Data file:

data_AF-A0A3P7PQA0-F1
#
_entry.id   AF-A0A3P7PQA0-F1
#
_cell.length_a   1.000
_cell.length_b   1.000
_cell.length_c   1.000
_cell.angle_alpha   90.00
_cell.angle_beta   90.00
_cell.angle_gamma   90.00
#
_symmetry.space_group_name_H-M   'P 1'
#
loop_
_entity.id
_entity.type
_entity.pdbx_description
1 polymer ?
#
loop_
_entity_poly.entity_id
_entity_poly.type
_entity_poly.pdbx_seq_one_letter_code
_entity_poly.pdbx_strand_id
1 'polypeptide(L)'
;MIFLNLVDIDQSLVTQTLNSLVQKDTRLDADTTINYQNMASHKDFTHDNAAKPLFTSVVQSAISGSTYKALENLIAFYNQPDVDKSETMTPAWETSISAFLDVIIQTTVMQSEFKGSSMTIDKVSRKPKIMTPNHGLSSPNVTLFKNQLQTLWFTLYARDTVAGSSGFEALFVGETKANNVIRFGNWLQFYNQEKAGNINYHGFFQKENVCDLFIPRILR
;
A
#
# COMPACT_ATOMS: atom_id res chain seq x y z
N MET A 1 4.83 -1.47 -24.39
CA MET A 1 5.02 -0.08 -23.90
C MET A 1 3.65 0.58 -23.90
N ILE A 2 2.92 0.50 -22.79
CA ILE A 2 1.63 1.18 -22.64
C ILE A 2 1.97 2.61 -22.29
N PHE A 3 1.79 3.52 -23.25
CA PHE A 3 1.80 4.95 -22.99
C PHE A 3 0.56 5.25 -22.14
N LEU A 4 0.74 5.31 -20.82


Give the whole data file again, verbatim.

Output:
data_AF-A0A3P7PQA0-F1
#
_entry.id   AF-A0A3P7PQA0-F1
#
_cell.length_a   1.000
_cell.length_b   1.000
_cell.length_c   1.000
_cell.angle_alpha   90.00
_cell.angle_beta   90.00
_cell.angle_gamma   90.00
#
_symmetry.space_group_name_H-M   'P 1'
#
loop_
_entity.id
_entity.type
_entity.pdbx_description
1 polymer ?
#
loop_
_entity_poly.entity_id
_entity_poly.type
_entity_poly.pdbx_seq_one_letter_code
_entity_poly.pdbx_strand_id
1 'polypeptide(L)'
;MIFLNLVDIDQSLVTQTLNSLVQKDTRLDADTTINYQNMASHKDFTHDNAAKPLFTSVVQSAISGSTYKALENLIAFYNQPDVDKSETMTPAWETSISAFLDVIIQTTVMQSEFKGSSMTIDKVSRKPKIMTPNHGLSSPNVTLFKNQLQTLWFTLYARDTVAGSSGFEALFVGETKANNVIRFGNWLQFYNQEKAGNINYHGFFQKENVCDLFIPRILR
;
A
#
# COMPACT_ATOMS: atom_id res chain seq x y z
N MET A 1 4.83 -1.47 -24.39
CA MET A 1 5.02 -0.08 -23.90
C MET A 1 3.65 0.58 -23.90
N ILE A 2 2.92 0.50 -22.79
CA ILE A 2 1.63 1.18 -22.64
C ILE A 2 1.97 2.61 -22.29
N PHE A 3 1.79 3.52 -23.25
CA PHE A 3 1.80 4.95 -22.99
C PHE A 3 0.56 5.25 -22.14
N LEU A 4 0.74 5.31 -20.82